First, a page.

NEW YORK (Reuters) - Wall Street watchdog FINRA said on Tuesday it would be more transparent about how it pays executives and how it manages its $1.6 billion portfolio.
But the Financial Industry Regulatory Authority rejected some of the other proposals from its broker-members, including releasing transcripts of board meetings and creating a new probe into its alleged ties with Bernard Madoff in the years before he pleaded guilty to running an estimated $65 billion Ponzi scheme.
FINRA plays an influential role policing financial markets and supervising Wall Street brokers, but it is a private company and keeps a tight lid on its activities.
FINRA will disclose compensation for its ten most highly paid employees every year and will publish the names of the money managers it hires to manage its portfolio, Chief Executive Richard G. Ketchum said in a letter posted on the FINRA web site.
The watchdog will start reporting both pieces of information with its 2009 annual financial report, due to be released later this week.
Separately on Tuesday, FINRA proposed changes to its dispute arbitration system that investor lawyers say will help customers win more cases against their brokers.
A majority of FINRA’s broker-members last month approved proposals seeking more information about how the watchdog pays executives and its ties to Madoff, who is serving a 150-year sentence in a North Carolina federal prison.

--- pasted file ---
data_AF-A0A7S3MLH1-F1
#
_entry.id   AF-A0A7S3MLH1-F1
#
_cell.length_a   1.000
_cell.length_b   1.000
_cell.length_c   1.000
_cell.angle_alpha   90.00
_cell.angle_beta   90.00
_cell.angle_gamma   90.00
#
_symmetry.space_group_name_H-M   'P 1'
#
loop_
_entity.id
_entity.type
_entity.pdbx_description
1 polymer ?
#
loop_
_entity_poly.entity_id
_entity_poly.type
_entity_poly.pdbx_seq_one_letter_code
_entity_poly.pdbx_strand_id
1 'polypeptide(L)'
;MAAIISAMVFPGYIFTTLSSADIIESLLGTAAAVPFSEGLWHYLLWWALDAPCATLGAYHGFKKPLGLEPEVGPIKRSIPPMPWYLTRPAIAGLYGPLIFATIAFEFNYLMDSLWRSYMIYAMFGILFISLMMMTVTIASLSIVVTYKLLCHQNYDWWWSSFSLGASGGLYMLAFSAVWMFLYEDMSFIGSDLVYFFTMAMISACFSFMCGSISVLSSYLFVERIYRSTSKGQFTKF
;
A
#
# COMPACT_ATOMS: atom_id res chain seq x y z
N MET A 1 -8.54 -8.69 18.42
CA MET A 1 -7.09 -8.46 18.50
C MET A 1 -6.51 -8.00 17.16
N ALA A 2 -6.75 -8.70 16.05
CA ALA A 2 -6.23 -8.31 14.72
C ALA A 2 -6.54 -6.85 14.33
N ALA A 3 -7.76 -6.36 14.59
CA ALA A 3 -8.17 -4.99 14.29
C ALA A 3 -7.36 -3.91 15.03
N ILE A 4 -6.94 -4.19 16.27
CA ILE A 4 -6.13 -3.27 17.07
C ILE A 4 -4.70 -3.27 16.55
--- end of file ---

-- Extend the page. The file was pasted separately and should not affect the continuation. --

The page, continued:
FINRA on Tuesday rejected a proposal to make transcripts of all board meetings public, but it “will communicate to firms and publish on its website rulemaking items discussed and decisions the Board has reached on new rules,” according to the letter.
It also rejected four other proposals, including a proposed independent study into FINRA’s ties to Madoff.
“The board believes this issue was fully addressed by its special review committee last year, which concluded that no staff relationships with the Madoff family influenced FINRA’s regulatory efforts,” Ketchum wrote.
The other rejected proposals included hiring an independent inspector general and a review of the $35,000 payments to FINRA broker-members in connection with the 2007 merger of the National Association of Securities Dealers and the regulatory arm of the New York Stock Exchange that created FINRA.
(Reporting by Maria Aspan; Editing by Dhara Ranasinghe)
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